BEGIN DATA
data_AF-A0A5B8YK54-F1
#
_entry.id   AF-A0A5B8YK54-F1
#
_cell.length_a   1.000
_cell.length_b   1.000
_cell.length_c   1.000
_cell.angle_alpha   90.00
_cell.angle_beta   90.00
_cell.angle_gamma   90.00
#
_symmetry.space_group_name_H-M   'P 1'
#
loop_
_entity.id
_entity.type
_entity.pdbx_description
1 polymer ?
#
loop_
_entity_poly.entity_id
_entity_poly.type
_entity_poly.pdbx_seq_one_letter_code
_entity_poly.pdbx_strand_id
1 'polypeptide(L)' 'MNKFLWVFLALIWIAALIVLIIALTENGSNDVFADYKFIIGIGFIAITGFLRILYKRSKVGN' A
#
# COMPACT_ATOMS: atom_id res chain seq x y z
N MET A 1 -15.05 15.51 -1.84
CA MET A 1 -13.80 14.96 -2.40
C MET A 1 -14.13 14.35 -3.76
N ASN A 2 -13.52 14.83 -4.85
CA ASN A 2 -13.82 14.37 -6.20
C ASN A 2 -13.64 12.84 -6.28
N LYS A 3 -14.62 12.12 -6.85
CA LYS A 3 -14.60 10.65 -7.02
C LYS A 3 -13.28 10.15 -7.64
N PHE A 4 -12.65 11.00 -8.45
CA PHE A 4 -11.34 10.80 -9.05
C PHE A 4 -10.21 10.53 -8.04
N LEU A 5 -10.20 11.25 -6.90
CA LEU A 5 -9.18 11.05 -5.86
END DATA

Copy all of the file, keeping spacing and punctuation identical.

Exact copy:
data_AF-A0A5B8YK54-F1
#
_entry.id   AF-A0A5B8YK54-F1
#
_cell.length_a   1.000
_cell.length_b   1.000
_cell.length_c   1.000
_cell.angle_alpha   90.00
_cell.angle_beta   90.00
_cell.angle_gamma   90.00
#
_symmetry.space_group_name_H-M   'P 1'
#
loop_
_entity.id
_entity.type
_entity.pdbx_description
1 polymer ?
#
loop_
_entity_poly.entity_id
_entity_poly.type
_entity_poly.pdbx_seq_one_letter_code
_entity_poly.pdbx_strand_id
1 'polypeptide(L)' 'MNKFLWVFLALIWIAALIVLIIALTENGSNDVFADYKFIIGIGFIAITGFLRILYKRSKVGN' A
#
# COMPACT_ATOMS: atom_id res chain seq x y z
N MET A 1 -15.05 15.51 -1.84
CA MET A 1 -13.80 14.96 -2.40
C MET A 1 -14.13 14.35 -3.76
N ASN A 2 -13.52 14.83 -4.85
CA ASN A 2 -13.82 14.37 -6.20
C ASN A 2 -13.64 12.84 -6.28
N LYS A 3 -14.62 12.12 -6.85
CA LYS A 3 -14.60 10.65 -7.02
C LYS A 3 -13.28 10.15 -7.64
N PHE A 4 -12.65 11.00 -8.45
CA PHE A 4 -11.34 10.80 -9.05
C PHE A 4 -10.21 10.53 -8.04
N LEU A 5 -10.20 11.25 -6.90
CA LEU A 5 -9.18 11.05 -5.86